Large abdomen - The final chapter...

Discussion in 'Emergencies / Diseases / Injuries and Cures' started by vantain, Apr 22, 2019.

  1. vantain

    vantain Chirping

    181
    133
    83
    Sep 2, 2018
    Southern Minnesota
    Hey All...

    I just thought I would post an update on my hen "Merry May". She has been dealing with reproductive issues now for over six weeks. I first reported her condition here: https://www.backyardchickens.com/threads/first-case-of-impacted-crop-advice.1296129/#post-21088722

    Following up here: https://www.backyardchickens.com/threads/baytril-dosage-for-sick-hen.1297482/

    and here: https://www.backyardchickens.com/threads/impacted-crop-part-2-paper-compaction.1298755/

    She is a 1 year old Isa Brown hen that, up until six weeks ago, was laying a beautiful egg almost every day. It was literally an overnight change from that, to the start of the soft/no shelled eggs, the lethargy, and crop issues.

    The soft/no shelled eggs issues have not been seen now for about two weeks. Additionally, her appetite returned, and her crop has been empty each morning for the past week now. She has been active with her flock mates, and there has been no more pecking at her vent by the others.

    However, the story doesn't end....her abdomen has grown quite large. Despite this latest development, she is acting more normal than she has in the six plus weeks since this all started. I did start her on Baytril again, just to be sure there wasn't an infection in play that could be helped by the antibiotics. When I cup her abdomen in my hand, it feels very large, especially when compared to her three other flock mates. She does waddle a bit when walking, but other than that, appears quite normal.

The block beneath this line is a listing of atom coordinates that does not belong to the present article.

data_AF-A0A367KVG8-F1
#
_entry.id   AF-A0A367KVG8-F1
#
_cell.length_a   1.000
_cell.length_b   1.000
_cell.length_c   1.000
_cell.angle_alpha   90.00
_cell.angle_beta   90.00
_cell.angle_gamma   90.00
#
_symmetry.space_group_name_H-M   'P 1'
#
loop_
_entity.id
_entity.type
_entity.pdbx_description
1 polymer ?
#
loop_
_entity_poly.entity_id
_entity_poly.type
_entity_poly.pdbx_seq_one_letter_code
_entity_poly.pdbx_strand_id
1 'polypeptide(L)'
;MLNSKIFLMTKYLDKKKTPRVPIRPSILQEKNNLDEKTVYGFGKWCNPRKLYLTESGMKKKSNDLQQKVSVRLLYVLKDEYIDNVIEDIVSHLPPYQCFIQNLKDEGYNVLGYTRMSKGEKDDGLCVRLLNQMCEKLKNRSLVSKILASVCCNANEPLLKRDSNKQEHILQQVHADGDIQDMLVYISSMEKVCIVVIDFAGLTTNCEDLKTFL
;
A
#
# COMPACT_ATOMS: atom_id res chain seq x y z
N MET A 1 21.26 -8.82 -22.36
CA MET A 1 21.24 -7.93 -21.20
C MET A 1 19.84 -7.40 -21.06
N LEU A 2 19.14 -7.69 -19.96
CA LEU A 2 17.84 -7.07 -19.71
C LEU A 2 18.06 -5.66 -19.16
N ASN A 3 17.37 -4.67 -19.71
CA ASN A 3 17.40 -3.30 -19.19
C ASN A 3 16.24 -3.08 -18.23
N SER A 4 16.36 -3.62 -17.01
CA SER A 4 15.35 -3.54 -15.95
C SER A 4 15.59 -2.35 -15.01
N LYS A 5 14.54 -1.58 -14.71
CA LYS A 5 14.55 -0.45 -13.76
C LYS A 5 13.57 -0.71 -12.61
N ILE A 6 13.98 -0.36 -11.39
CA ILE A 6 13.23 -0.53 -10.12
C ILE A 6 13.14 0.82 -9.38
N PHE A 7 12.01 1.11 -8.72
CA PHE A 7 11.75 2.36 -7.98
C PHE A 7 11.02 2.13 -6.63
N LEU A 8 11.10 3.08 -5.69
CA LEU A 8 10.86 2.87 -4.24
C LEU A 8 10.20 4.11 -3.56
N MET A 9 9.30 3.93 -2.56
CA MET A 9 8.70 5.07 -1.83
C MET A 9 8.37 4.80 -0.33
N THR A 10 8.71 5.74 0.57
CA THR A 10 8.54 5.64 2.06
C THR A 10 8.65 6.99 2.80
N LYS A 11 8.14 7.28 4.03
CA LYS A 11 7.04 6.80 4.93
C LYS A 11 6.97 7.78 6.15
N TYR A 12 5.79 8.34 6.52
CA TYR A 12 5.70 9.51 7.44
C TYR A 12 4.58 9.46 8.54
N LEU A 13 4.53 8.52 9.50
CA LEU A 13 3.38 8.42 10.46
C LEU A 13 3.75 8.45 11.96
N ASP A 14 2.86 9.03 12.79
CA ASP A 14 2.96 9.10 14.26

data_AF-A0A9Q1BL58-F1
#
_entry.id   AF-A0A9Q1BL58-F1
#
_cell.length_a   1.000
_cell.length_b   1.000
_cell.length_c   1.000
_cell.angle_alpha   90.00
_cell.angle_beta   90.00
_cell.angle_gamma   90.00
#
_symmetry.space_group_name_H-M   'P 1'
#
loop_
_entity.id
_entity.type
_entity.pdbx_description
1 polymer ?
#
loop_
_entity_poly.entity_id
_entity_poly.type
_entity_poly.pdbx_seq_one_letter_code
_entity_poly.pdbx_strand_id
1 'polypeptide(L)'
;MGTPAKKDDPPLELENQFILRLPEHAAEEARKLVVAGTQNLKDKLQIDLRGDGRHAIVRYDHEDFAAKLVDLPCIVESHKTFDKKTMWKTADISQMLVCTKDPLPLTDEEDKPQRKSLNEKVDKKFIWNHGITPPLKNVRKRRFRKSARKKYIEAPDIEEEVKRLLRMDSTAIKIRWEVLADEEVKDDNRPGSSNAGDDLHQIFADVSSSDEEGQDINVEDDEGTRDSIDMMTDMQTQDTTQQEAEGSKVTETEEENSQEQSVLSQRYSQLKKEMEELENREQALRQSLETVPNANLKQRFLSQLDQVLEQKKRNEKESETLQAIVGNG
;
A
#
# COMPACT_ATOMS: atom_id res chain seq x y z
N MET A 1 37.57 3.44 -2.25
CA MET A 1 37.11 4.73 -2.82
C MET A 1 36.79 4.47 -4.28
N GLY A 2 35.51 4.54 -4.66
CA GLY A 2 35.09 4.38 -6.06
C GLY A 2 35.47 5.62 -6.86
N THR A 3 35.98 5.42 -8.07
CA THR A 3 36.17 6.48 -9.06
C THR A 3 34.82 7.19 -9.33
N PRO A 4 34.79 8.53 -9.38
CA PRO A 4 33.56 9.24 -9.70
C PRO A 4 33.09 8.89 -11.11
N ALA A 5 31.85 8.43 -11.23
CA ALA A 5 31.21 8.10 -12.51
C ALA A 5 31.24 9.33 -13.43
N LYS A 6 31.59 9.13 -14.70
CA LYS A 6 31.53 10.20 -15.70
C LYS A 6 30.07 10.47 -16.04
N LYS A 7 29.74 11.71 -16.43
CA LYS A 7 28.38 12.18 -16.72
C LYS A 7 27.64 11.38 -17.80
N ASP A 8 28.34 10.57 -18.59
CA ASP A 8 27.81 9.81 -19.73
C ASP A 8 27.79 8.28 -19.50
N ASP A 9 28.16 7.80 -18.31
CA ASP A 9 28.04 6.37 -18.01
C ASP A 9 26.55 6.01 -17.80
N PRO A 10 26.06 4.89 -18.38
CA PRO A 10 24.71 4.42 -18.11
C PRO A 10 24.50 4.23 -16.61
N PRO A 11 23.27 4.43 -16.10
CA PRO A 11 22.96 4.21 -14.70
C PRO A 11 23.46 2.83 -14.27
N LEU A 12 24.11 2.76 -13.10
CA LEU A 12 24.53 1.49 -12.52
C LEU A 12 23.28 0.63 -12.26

I'm guessing it's ascites, or EYP related. At this point, I'm not really sure what to do, but I'm monitoring the condition, and hoping the swelling doesn't get worse. She seems happy, and I see here jumping up on the outdoor roost with the others, so the condition, so far, is not preventing her from doing what she loves.
     
    anderstr196 and MelissaRose like this.
  2. vantain

    vantain Chirping

    181
    133
    83
    Sep 2, 2018
    Southern Minnesota
    Last night, I witnessed the poor girl make four attempts to get onto the roost by flying up there. All attempts failed. She can't get up on to the roost that way anymore. She finally just walked up the ramp and settled in for the night.

    Today, she is back out in the run with her flock mates, acting fairly normal. I am not certain, but it does seem like the swelling in the abdomen is getting larger. She does not try to fly up to the perches anymore though, and is content to stay on the ground, scratching around, eating and drinking, tail up. She seems to be breathing normally.

    This morning, her crop was empty again...YAY...and there was normal poop under where she was on the roost.

    Yesterday was the end of day six for the Baytril I have been dosing her with. I stopped it today, and am not sure that is the right thing to do or not. I'm also trying to decide if it is worth trying to drain some of the fluid in her abdomen, or just let things go and prepare to end her life when she starts becoming more uncomfortable, or is no longer participating in normal daily activities.

    For now, she is acting normal enough that I will let her be, and just keep monitoring.
     
    MelissaRose likes this.
  3. Eggcessive

    Eggcessive Enabler

    42,885
    25,964
    1,012
    Apr 3, 2011
    southern Ohio
    I am glad that she finally stopped laying, and has become more active. I would just let her be, and offer support opif she needs it. It can be hard to tell if it is fluid or internal laying masses. I have hens who have lived for quite a while with the large bellies. My hens are 6-8 years old, and only a few still lay. So there is always one of the big bellied hens running around.